The Washington Post has a story today, by Jonathan Weisman, about Rep. Charles H. Taylor, R-N.C., and his efforts to block funding for what could add up to being a $60 million tab for building a memorial to Flight 93, which crashed in a central Pennsylvania field after a group of passengers rushed the cockpit to wrestle control of the plane from the al Qaeda hijackers:
But for three years, that field has made do with a makeshift monument while one member of Congress, Rep. Charles H. Taylor (R-N.C.), has blocked a $10 million request to buy the land for a permanent memorial to the 40 passengers and crew members who overpowered hijackers bent on crashing their jet into the Capitol or the White House….
For Taylor, a large landowner in the mountains of western Carolina, the issue comes down to principle: The federal government is already the largest landowner in the country, and he believes that no additional tax dollars should go to more land buying for this or any other memorial. Beyond that, the families have committed to raising half the $60 million needed to build the memorial but so far have raised $7.5 million. Taylor is concerned that the federal government will be left holding the bag.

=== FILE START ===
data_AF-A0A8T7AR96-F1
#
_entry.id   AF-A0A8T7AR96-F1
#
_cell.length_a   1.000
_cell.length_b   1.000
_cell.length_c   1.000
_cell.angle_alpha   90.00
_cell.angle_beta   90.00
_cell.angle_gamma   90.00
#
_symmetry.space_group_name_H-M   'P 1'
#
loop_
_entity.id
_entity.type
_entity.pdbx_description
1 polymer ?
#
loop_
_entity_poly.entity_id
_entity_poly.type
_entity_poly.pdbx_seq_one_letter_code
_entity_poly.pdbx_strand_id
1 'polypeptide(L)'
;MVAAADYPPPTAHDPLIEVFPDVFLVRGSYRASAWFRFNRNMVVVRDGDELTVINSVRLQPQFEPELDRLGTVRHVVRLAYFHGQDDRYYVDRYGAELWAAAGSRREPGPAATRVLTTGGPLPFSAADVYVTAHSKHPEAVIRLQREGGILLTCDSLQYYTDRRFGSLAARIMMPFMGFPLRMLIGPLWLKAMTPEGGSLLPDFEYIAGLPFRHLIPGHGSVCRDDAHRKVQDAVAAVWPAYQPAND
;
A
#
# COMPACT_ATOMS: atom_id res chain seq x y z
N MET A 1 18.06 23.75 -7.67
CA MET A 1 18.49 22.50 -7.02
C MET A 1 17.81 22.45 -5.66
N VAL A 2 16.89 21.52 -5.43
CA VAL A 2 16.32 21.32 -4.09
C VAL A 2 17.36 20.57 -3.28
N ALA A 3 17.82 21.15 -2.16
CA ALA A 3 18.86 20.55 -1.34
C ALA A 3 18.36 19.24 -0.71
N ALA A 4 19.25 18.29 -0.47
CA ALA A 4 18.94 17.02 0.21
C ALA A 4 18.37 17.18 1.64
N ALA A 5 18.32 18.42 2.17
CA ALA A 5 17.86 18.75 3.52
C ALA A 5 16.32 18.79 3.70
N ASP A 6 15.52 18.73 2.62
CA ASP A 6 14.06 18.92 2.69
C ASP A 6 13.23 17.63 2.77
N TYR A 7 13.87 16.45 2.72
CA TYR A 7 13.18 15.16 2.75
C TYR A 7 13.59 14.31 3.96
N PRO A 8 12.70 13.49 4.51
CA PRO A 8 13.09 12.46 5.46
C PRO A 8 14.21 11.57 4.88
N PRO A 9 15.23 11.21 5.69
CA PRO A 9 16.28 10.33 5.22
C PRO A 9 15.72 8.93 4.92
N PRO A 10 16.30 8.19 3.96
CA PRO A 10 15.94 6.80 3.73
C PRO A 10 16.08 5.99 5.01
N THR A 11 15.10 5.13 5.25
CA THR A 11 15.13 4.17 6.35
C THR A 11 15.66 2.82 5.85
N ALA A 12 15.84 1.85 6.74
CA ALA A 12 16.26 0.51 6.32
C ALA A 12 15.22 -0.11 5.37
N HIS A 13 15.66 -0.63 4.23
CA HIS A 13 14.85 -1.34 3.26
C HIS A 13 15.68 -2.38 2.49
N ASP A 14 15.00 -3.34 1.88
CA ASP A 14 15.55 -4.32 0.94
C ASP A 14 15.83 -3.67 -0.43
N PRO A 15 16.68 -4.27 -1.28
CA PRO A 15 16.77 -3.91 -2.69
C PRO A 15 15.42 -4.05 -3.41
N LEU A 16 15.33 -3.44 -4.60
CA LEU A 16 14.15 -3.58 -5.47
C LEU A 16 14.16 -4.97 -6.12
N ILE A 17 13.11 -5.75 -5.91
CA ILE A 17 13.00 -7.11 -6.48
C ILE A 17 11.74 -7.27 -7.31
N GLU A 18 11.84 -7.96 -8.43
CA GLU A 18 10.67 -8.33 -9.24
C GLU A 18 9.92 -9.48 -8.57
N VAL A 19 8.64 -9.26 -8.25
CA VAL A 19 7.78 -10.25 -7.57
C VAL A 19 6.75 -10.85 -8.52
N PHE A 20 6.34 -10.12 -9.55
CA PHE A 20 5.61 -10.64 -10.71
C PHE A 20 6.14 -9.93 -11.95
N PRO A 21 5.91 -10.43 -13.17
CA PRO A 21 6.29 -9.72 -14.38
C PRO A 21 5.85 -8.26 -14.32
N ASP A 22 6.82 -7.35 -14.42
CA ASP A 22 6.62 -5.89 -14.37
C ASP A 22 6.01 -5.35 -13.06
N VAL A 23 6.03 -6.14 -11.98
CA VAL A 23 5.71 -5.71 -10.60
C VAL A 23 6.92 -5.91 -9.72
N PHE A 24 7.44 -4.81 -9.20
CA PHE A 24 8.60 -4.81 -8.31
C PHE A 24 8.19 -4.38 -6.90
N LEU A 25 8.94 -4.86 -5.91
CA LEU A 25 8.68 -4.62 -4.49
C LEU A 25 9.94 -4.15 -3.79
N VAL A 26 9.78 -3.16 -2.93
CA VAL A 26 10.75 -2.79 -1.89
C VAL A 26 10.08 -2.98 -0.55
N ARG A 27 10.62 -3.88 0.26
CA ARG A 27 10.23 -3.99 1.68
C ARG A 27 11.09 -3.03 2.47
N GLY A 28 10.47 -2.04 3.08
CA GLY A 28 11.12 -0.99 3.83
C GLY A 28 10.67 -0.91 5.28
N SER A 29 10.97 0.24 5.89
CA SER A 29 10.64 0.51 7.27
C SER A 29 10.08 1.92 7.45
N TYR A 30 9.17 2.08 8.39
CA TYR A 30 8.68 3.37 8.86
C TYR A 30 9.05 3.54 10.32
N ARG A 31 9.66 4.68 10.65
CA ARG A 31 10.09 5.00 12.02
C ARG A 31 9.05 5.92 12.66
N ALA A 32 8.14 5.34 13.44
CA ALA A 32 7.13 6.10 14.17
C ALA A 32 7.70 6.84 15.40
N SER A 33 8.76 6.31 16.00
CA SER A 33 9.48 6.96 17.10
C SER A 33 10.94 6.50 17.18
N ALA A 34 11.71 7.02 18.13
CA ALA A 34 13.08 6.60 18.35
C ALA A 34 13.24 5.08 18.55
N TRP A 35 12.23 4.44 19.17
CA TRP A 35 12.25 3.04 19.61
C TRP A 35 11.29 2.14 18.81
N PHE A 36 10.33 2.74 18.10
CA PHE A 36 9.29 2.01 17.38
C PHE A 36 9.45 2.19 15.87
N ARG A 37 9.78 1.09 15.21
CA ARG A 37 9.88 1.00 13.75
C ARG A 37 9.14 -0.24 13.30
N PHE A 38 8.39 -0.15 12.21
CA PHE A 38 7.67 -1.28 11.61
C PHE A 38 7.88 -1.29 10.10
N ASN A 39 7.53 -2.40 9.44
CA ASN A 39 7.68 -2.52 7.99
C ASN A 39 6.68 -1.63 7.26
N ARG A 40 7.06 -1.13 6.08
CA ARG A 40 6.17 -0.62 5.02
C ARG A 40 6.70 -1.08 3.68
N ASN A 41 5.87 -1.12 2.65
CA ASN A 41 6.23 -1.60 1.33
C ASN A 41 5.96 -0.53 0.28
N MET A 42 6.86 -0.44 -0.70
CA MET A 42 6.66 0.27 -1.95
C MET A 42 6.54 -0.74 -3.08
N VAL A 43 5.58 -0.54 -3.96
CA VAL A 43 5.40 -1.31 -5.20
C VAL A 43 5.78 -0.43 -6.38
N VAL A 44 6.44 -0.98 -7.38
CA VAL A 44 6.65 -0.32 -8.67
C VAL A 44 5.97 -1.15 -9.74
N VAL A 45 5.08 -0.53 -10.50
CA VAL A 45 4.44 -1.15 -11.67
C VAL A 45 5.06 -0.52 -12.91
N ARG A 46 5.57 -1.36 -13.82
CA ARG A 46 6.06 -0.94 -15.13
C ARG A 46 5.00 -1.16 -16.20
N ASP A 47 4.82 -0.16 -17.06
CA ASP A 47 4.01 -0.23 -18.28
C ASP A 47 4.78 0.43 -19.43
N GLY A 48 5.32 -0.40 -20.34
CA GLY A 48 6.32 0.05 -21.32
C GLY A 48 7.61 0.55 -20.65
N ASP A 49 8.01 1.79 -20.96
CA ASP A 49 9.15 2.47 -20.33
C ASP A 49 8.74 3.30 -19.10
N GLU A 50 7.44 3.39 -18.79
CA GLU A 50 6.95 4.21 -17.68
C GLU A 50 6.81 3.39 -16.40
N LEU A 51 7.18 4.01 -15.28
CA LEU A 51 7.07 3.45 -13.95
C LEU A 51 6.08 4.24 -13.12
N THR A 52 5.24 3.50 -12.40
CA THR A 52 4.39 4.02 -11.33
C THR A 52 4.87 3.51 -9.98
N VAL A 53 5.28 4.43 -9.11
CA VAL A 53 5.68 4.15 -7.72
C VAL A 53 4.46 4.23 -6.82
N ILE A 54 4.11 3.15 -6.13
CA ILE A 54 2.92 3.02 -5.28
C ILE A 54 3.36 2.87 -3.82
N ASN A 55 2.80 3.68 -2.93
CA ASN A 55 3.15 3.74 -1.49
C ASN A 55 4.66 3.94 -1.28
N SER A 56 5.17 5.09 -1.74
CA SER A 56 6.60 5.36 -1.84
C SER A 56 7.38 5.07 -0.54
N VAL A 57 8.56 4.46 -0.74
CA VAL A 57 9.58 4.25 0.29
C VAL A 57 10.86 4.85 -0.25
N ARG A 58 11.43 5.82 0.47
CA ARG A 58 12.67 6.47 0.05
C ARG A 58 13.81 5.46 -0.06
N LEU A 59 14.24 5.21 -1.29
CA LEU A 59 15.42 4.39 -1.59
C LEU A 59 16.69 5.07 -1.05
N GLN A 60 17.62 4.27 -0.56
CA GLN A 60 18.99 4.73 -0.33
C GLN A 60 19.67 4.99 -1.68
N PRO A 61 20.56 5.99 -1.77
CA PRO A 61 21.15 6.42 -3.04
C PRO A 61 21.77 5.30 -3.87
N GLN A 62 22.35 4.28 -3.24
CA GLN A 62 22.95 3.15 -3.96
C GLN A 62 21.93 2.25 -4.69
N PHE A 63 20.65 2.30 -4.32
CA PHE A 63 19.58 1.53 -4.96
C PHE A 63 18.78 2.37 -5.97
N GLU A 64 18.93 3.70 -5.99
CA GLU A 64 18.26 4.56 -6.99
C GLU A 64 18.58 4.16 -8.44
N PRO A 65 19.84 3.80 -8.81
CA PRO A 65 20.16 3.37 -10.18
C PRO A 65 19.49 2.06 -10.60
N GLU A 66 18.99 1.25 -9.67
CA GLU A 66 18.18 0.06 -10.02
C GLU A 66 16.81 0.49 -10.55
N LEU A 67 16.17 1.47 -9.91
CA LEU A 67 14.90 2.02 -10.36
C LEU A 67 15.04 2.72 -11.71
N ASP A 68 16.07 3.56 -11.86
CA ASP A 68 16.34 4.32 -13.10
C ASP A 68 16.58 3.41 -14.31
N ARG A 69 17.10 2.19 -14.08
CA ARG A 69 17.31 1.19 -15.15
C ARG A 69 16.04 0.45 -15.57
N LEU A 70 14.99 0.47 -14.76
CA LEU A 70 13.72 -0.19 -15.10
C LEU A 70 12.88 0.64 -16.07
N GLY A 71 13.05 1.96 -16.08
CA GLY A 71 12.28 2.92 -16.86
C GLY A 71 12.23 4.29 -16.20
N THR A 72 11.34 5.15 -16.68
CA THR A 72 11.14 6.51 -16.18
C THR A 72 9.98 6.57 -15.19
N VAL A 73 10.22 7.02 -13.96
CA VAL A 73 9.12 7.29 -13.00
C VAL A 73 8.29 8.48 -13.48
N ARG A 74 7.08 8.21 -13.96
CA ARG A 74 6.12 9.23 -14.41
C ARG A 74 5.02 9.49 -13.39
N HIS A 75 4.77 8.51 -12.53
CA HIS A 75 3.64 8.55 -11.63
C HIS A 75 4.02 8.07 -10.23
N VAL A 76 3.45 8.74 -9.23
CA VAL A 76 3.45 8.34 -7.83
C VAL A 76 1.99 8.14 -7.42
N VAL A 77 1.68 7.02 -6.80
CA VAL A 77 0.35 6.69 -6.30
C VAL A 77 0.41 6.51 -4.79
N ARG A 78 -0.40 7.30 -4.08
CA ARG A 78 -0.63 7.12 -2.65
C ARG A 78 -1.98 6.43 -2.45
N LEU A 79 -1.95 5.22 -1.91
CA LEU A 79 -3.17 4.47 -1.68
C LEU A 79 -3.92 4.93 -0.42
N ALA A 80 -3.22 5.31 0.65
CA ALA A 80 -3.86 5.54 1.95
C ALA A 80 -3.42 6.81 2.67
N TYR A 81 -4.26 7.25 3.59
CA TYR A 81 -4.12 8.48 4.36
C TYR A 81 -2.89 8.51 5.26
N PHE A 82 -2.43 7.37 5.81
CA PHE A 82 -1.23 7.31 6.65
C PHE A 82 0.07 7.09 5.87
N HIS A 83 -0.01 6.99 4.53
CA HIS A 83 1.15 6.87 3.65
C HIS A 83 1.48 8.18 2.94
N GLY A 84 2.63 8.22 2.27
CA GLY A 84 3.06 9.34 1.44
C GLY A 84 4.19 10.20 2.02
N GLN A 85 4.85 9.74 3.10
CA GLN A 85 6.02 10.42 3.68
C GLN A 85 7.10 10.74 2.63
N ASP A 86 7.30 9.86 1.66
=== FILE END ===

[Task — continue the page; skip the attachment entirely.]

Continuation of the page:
Now, aside from the idea that it may be preferable for the Flight 93 Memorial to privately funded–given that the event stands as a rather stark reminder of the shortcomings of government and the importance of an engaged citizenry–it’s interesting to note that Rep. Taylor’s principles don’t get in the way of earmarking funds for his own district. I spent a little time browsing through Taylor’s Web site to see what projects measure up to his principles when it comes to federal spending. Some highlights from the current Congress:
$250,000 for a local nonprofit, Eblen Charities; $500,000 for the creation of Grove Arcade ArtSpace, an exhibition and art gallery; $86,620 to extend a local sewer line; $1,000,000 for a new Community Wellness Center for Madison County, which will include an indoor swimming pool; $2.4 million to study the destructive effects of the southern pine beetle; $200,000 to open a store selling retail crafts; $125,558 to replace a half mile of storm drains; $101,353 to buy new buses for Asheville, N.C.; $245,516 for a local nonprofit, Eblen Charities, to build its own headquarters, plus $8 million in federal loans for same; $1 million to pay for a center to help North Carolina’s wine industry; $2.6 million for a local defense contractor, 3TEX.
Then there’s the small matter of the $200 to $300 million he’s requested for the Appalachian Highway project (which doesn’t appear to have been included in the 2005 transportation bill).